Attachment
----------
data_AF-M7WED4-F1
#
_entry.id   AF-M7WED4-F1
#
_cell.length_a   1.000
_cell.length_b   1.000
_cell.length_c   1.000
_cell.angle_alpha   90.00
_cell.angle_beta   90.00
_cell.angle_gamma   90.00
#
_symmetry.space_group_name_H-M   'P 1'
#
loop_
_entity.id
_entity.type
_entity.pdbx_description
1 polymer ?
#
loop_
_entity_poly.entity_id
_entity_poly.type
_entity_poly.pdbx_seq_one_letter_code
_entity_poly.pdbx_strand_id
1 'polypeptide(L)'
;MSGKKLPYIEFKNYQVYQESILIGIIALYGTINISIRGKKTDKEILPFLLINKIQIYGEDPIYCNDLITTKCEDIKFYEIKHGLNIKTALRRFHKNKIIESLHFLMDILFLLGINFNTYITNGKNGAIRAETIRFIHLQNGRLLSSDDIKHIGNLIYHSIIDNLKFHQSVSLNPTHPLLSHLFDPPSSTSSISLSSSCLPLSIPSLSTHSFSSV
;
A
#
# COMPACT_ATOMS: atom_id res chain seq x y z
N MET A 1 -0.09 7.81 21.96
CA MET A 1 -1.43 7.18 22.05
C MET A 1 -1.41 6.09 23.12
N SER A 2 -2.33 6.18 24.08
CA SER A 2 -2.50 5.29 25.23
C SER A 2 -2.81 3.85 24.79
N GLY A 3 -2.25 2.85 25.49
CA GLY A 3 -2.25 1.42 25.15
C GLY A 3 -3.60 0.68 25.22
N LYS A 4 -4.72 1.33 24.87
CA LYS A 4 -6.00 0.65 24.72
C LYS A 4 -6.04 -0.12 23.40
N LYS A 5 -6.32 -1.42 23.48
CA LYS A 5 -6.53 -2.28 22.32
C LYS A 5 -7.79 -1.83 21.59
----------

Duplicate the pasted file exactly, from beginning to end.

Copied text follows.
data_AF-M7WED4-F1
#
_entry.id   AF-M7WED4-F1
#
_cell.length_a   1.000
_cell.length_b   1.000
_cell.length_c   1.000
_cell.angle_alpha   90.00
_cell.angle_beta   90.00
_cell.angle_gamma   90.00
#
_symmetry.space_group_name_H-M   'P 1'
#
loop_
_entity.id
_entity.type
_entity.pdbx_description
1 polymer ?
#
loop_
_entity_poly.entity_id
_entity_poly.type
_entity_poly.pdbx_seq_one_letter_code
_entity_poly.pdbx_strand_id
1 'polypeptide(L)'
;MSGKKLPYIEFKNYQVYQESILIGIIALYGTINISIRGKKTDKEILPFLLINKIQIYGEDPIYCNDLITTKCEDIKFYEIKHGLNIKTALRRFHKNKIIESLHFLMDILFLLGINFNTYITNGKNGAIRAETIRFIHLQNGRLLSSDDIKHIGNLIYHSIIDNLKFHQSVSLNPTHPLLSHLFDPPSSTSSISLSSSCLPLSIPSLSTHSFSSV
;
A
#
# COMPACT_ATOMS: atom_id res chain seq x y z
N MET A 1 -0.09 7.81 21.96
CA MET A 1 -1.43 7.18 22.05
C MET A 1 -1.41 6.09 23.12
N SER A 2 -2.33 6.18 24.08
CA SER A 2 -2.50 5.29 25.23
C SER A 2 -2.81 3.85 24.79
N GLY A 3 -2.25 2.85 25.49
CA GLY A 3 -2.25 1.42 25.15
C GLY A 3 -3.60 0.68 25.22
N LYS A 4 -4.72 1.33 24.87
CA LYS A 4 -6.00 0.65 24.72
C LYS A 4 -6.04 -0.12 23.40
N LYS A 5 -6.32 -1.42 23.48
CA LYS A 5 -6.53 -2.28 22.32
C LYS A 5 -7.79 -1.83 21.59